How were we to weigh all this up? The children worked together to produce short ‘Team Statements’ summarising their evaluation of the Victorians. As you can see, different teams had different perspectives and priorities, perhaps showing us that studying history will always be a matter of interpretation.
The Victorian age can be seen as a golden age and a dark age because there were a lot of new inventions like railways and medicine but the people who invented these things used violence to make their money. Lots of people were poor and lived in very harsh conditions and children who went to school and were naughty would be humiliated and physically harmed. (Tom, Abdi, Thanh and Reuben)
The Victorian era was a golden age in British history because without steam ships and trains we couldn’t travel and transport goods as quickly and there was also wider education and improved healthcare. It was also a dark age because there were lots of terrible punishments and orphaned children were treated the worst. (Adam, Sam, Macie and Kia)
The Victorian age was a dark age because the Victorians tricked the empire into making them rich and did lots of bad things to the countries they controlled. Children’s punishments were very bad and the workhouses were cruel places. (Annie, Chyanne, Jake and Lynden)
The Victorian era was a dark age because if it was a golden age there shouldn’t be any faults, kids shouldn’t have been made to work in factories, and they should have been able to choose what they wanted to do with their lives. Britain was also a very polluted country and only the rich people got home schooled and were treated much better than the poor. (Oscar, Meli, Kenza and Alamine)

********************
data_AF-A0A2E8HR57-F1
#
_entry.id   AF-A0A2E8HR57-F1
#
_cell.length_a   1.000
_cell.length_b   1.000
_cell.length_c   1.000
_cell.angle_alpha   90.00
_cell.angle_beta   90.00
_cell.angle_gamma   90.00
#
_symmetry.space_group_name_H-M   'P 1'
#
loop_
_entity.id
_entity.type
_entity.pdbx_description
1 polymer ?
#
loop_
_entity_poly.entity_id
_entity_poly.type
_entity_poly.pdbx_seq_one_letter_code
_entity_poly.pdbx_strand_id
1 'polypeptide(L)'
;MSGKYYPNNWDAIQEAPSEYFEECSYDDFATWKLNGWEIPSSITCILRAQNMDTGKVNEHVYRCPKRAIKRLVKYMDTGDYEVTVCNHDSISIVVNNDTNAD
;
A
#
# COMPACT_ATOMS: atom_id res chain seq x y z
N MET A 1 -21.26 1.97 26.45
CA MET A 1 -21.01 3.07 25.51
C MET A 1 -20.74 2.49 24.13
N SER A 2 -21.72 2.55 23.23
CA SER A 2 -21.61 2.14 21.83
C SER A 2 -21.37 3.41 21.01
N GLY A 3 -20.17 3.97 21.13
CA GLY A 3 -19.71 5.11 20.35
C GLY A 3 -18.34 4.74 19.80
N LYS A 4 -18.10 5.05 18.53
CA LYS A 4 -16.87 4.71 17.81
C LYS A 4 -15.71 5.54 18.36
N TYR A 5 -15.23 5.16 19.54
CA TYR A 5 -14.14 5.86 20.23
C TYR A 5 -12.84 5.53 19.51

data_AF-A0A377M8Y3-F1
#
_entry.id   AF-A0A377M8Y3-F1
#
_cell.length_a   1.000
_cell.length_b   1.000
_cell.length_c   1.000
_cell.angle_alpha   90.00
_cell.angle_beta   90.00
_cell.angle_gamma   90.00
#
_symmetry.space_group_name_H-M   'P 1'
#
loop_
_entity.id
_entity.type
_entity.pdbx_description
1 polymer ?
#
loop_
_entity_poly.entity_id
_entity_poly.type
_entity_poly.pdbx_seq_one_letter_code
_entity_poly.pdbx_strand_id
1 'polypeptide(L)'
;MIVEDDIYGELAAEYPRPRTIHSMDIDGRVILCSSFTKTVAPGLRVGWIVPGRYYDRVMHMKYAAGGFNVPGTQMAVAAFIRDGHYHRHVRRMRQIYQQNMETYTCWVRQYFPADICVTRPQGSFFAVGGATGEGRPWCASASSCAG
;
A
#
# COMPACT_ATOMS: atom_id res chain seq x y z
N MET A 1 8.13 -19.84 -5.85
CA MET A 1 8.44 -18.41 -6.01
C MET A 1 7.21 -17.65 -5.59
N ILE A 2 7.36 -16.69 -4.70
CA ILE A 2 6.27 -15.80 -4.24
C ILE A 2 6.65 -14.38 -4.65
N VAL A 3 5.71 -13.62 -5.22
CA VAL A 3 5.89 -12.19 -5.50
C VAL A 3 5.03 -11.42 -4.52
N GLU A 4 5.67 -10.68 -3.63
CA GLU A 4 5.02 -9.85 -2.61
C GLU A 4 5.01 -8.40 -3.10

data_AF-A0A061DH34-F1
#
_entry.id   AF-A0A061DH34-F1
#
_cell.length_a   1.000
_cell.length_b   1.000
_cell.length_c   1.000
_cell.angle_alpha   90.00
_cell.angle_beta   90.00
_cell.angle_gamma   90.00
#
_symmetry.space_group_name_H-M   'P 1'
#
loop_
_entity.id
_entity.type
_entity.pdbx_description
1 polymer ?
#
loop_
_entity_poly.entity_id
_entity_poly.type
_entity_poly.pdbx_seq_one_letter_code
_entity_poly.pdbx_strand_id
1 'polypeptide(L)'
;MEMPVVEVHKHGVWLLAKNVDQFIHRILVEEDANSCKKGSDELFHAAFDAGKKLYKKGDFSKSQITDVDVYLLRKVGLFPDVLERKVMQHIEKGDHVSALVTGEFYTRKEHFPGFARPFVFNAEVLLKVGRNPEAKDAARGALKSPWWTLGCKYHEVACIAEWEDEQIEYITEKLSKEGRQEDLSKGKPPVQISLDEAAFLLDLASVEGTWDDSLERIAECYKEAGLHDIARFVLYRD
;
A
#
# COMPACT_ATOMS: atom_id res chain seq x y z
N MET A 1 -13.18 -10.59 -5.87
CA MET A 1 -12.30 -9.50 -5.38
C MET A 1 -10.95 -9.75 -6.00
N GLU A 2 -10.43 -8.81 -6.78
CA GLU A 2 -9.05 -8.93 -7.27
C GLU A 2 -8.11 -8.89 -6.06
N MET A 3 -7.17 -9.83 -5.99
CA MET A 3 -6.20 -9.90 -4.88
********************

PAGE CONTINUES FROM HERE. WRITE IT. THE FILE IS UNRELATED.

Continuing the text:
The Victorian era was part golden, part dark age because they invented lots of important things but schools used cruel and humiliating punishments and children were treated badly in other ways too including being made to work in factories from a very young age. (Nate, Kingsley, Juliette and Nyah)
The Victorian era was a golden age because they controlled the biggest empire in history but it was also a dark age because there was a big difference between the rich and the poor and the Victorians did lots of horrible things like forcing children to work from a very young age. (Lilah, Azeeza, Niccolo and Harry)
The Victorian era is a dark age because lots of children were treated very badly, even the ones that went to school and the streets were crime ridden and polluted. (Hetty, Elwood and Rafi)
In today’s history lesson we thought about the impact of the coming of the railways in the Victorian era. Pictured below are early images and photos of Herne Hill station, built in 1862 on the line from central London to Kent and Dover harbour.
For many, the railways meant new opportunities and markets, while for others it was a disruption to traditional ways of life. We tried to understand the impact on the lives of different groups of people including factory owners, shopkeepers, landowners, canal workers, and owners of coaching inns.
Then each of the children had to imagine that they were a member one of these groups of stakeholders and speak at a public inquiry – imaginary date 1860 – held to decide whether the railway should be built at Herne Hill. At the end of the inquiry, there was a solid majority in the class against building the railway – perhaps some modern day environmental concerns formed part of the children’s thinking.
The railways allowed many people to travel significant distances for the first time and, on balance, probably had the effect of moving families more apart. But they could also bring people back together and – if only tenuously connected to this lesson – we enjoyed this famous moment from The Railway Children.